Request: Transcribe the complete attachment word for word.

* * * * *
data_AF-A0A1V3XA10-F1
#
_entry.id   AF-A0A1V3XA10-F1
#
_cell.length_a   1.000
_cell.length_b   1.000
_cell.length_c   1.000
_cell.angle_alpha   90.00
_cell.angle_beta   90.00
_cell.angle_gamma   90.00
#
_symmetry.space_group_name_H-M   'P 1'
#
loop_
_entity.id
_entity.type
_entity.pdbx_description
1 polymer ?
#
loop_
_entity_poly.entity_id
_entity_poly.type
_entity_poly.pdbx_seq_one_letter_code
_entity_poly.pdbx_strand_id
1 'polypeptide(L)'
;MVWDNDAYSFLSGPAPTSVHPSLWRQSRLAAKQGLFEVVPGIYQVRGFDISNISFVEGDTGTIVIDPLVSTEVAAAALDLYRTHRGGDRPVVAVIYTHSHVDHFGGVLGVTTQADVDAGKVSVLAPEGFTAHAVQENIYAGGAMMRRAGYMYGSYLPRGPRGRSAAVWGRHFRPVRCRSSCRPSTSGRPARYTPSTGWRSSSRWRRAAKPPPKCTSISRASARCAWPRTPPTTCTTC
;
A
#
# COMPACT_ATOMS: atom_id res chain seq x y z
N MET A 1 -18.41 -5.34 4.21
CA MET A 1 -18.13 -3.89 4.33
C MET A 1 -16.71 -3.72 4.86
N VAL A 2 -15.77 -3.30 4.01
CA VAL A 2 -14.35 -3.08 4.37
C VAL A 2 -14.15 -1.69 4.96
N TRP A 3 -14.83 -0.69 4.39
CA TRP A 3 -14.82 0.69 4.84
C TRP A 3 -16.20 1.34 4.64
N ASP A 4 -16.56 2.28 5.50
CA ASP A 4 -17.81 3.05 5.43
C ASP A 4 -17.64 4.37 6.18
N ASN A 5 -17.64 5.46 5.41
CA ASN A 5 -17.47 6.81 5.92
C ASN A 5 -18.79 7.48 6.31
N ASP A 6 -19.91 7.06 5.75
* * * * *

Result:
data_AF-A0A1V3XA10-F1
#
_entry.id   AF-A0A1V3XA10-F1
#
_cell.length_a   1.000
_cell.length_b   1.000
_cell.length_c   1.000
_cell.angle_alpha   90.00
_cell.angle_beta   90.00
_cell.angle_gamma   90.00
#
_symmetry.space_group_name_H-M   'P 1'
#
loop_
_entity.id
_entity.type
_entity.pdbx_description
1 polymer ?
#
loop_
_entity_poly.entity_id
_entity_poly.type
_entity_poly.pdbx_seq_one_letter_code
_entity_poly.pdbx_strand_id
1 'polypeptide(L)'
;MVWDNDAYSFLSGPAPTSVHPSLWRQSRLAAKQGLFEVVPGIYQVRGFDISNISFVEGDTGTIVIDPLVSTEVAAAALDLYRTHRGGDRPVVAVIYTHSHVDHFGGVLGVTTQADVDAGKVSVLAPEGFTAHAVQENIYAGGAMMRRAGYMYGSYLPRGPRGRSAAVWGRHFRPVRCRSSCRPSTSGRPARYTPSTGWRSSSRWRRAAKPPPKCTSISRASARCAWPRTPPTTCTTC
;
A
#
# COMPACT_ATOMS: atom_id res chain seq x y z
N MET A 1 -18.41 -5.34 4.21
CA MET A 1 -18.13 -3.89 4.33
C MET A 1 -16.71 -3.72 4.86
N VAL A 2 -15.77 -3.30 4.01
CA VAL A 2 -14.35 -3.08 4.37
C VAL A 2 -14.15 -1.69 4.96
N TRP A 3 -14.83 -0.69 4.39
CA TRP A 3 -14.82 0.69 4.84
C TRP A 3 -16.20 1.34 4.64
N ASP A 4 -16.56 2.28 5.50
CA ASP A 4 -17.81 3.05 5.43
C ASP A 4 -17.64 4.37 6.18
N ASN A 5 -17.64 5.46 5.41
CA ASN A 5 -17.47 6.81 5.92
C ASN A 5 -18.79 7.48 6.31
N ASP A 6 -19.91 7.06 5.75